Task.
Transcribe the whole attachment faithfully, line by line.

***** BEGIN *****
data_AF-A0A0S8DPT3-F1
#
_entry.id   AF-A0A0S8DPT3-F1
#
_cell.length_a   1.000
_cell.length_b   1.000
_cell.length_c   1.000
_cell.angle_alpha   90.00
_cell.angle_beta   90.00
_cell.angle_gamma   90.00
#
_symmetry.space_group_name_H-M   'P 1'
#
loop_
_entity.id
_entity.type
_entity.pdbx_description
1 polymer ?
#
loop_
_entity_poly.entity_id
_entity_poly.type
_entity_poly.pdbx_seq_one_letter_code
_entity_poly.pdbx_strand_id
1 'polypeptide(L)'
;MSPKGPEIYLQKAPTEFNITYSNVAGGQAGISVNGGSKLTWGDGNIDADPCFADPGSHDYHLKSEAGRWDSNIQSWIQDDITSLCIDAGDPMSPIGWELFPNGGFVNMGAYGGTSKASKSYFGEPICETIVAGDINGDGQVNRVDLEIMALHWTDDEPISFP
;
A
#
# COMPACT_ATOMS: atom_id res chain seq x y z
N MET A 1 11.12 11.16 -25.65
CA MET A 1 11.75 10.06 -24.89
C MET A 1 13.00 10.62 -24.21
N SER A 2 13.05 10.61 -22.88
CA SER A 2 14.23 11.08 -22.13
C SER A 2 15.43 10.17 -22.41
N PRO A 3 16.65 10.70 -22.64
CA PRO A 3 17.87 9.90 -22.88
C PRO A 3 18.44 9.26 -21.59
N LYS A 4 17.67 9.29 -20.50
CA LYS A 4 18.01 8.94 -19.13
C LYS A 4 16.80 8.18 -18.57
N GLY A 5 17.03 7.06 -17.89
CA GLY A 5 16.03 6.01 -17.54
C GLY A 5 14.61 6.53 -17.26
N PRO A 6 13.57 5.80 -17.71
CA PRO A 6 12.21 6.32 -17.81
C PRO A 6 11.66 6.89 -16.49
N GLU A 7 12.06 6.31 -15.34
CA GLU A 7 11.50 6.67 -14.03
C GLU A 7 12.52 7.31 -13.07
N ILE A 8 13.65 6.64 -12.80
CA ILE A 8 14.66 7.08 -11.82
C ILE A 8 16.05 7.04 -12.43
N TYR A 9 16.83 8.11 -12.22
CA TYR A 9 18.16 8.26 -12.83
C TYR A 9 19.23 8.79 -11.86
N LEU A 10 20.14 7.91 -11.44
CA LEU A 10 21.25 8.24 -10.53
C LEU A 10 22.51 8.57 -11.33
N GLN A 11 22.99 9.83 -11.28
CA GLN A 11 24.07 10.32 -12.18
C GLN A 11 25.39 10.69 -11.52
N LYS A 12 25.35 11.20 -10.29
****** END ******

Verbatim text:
data_AF-A0A0S8DPT3-F1
#
_entry.id   AF-A0A0S8DPT3-F1
#
_cell.length_a   1.000
_cell.length_b   1.000
_cell.length_c   1.000
_cell.angle_alpha   90.00
_cell.angle_beta   90.00
_cell.angle_gamma   90.00
#
_symmetry.space_group_name_H-M   'P 1'
#
loop_
_entity.id
_entity.type
_entity.pdbx_description
1 polymer ?
#
loop_
_entity_poly.entity_id
_entity_poly.type
_entity_poly.pdbx_seq_one_letter_code
_entity_poly.pdbx_strand_id
1 'polypeptide(L)'
;MSPKGPEIYLQKAPTEFNITYSNVAGGQAGISVNGGSKLTWGDGNIDADPCFADPGSHDYHLKSEAGRWDSNIQSWIQDDITSLCIDAGDPMSPIGWELFPNGGFVNMGAYGGTSKASKSYFGEPICETIVAGDINGDGQVNRVDLEIMALHWTDDEPISFP
;
A
#
# COMPACT_ATOMS: atom_id res chain seq x y z
N MET A 1 11.12 11.16 -25.65
CA MET A 1 11.75 10.06 -24.89
C MET A 1 13.00 10.62 -24.21
N SER A 2 13.05 10.61 -22.88
CA SER A 2 14.23 11.08 -22.13
C SER A 2 15.43 10.17 -22.41
N PRO A 3 16.65 10.70 -22.64
CA PRO A 3 17.87 9.90 -22.88
C PRO A 3 18.44 9.26 -21.59
N LYS A 4 17.67 9.29 -20.50
CA LYS A 4 18.01 8.94 -19.13
C LYS A 4 16.80 8.18 -18.57
N GLY A 5 17.03 7.06 -17.89
CA GLY A 5 16.03 6.01 -17.54
C GLY A 5 14.61 6.53 -17.26
N PRO A 6 13.57 5.80 -17.71
CA PRO A 6 12.21 6.32 -17.81
C PRO A 6 11.66 6.89 -16.49
N GLU A 7 12.06 6.31 -15.34
CA GLU A 7 11.50 6.67 -14.03
C GLU A 7 12.52 7.31 -13.07
N ILE A 8 13.65 6.64 -12.80
CA ILE A 8 14.66 7.08 -11.82
C ILE A 8 16.05 7.04 -12.43
N TYR A 9 16.83 8.11 -12.22
CA TYR A 9 18.16 8.26 -12.83
C TYR A 9 19.23 8.79 -11.86
N LEU A 10 20.14 7.91 -11.44
CA LEU A 10 21.25 8.24 -10.53
C LEU A 10 22.51 8.57 -11.33
N GLN A 11 22.99 9.83 -11.28
CA GLN A 11 24.07 10.32 -12.18
C GLN A 11 25.39 10.69 -11.52
N LYS A 12 25.35 11.20 -10.29